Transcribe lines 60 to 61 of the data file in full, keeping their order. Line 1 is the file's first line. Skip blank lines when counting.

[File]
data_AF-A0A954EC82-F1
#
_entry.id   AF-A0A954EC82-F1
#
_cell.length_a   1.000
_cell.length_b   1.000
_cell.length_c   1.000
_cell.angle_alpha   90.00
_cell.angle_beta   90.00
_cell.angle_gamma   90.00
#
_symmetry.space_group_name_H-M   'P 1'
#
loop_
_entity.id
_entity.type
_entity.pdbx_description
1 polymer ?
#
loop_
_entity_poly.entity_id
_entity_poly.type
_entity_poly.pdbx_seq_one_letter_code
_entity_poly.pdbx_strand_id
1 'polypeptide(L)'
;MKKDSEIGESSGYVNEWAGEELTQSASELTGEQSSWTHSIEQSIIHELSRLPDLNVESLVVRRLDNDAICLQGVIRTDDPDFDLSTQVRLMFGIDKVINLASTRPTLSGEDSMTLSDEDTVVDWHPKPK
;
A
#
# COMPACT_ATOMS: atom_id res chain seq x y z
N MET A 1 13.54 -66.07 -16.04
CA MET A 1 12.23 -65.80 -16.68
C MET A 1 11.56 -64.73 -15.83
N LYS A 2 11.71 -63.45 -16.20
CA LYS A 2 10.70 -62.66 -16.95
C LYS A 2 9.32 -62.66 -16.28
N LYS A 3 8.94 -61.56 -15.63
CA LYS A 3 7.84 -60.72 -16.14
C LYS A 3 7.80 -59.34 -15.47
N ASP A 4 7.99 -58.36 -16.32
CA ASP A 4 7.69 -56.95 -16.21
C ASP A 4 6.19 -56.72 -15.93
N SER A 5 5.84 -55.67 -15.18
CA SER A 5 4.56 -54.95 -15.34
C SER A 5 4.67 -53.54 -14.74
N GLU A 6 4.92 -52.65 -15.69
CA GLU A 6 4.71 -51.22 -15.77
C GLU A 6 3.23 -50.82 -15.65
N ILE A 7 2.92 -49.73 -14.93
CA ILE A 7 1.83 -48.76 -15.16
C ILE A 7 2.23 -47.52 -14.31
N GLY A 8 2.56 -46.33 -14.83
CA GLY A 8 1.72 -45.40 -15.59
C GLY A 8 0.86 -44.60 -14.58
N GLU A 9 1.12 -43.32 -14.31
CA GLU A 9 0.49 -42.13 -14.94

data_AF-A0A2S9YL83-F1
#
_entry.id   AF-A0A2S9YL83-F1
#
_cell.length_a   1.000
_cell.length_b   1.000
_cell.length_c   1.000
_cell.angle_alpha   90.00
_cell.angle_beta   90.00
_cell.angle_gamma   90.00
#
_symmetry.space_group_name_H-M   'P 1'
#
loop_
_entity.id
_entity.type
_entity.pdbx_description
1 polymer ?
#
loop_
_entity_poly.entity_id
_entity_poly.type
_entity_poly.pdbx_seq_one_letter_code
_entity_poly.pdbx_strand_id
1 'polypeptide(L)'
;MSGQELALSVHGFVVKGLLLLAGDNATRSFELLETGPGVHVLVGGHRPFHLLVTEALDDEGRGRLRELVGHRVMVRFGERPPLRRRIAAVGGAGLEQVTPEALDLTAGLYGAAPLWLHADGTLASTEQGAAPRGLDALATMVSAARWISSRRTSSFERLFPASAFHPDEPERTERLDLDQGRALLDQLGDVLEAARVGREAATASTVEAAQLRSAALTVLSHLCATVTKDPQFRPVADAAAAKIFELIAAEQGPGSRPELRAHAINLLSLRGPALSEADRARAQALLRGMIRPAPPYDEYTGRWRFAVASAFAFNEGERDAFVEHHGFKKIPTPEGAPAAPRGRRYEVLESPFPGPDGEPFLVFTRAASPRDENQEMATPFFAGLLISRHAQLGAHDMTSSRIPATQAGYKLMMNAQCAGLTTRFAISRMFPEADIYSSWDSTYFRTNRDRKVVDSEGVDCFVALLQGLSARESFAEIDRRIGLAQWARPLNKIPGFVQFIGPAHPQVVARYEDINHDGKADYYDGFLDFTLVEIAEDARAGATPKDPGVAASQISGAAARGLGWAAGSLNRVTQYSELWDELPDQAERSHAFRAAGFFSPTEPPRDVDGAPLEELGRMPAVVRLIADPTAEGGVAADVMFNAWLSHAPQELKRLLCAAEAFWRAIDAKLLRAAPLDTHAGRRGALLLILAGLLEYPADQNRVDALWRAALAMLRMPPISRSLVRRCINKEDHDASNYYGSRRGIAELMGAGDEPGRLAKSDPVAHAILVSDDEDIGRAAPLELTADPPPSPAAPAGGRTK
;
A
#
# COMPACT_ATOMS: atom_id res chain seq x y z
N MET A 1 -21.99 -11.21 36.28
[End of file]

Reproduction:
#
_cell.length_a   1.000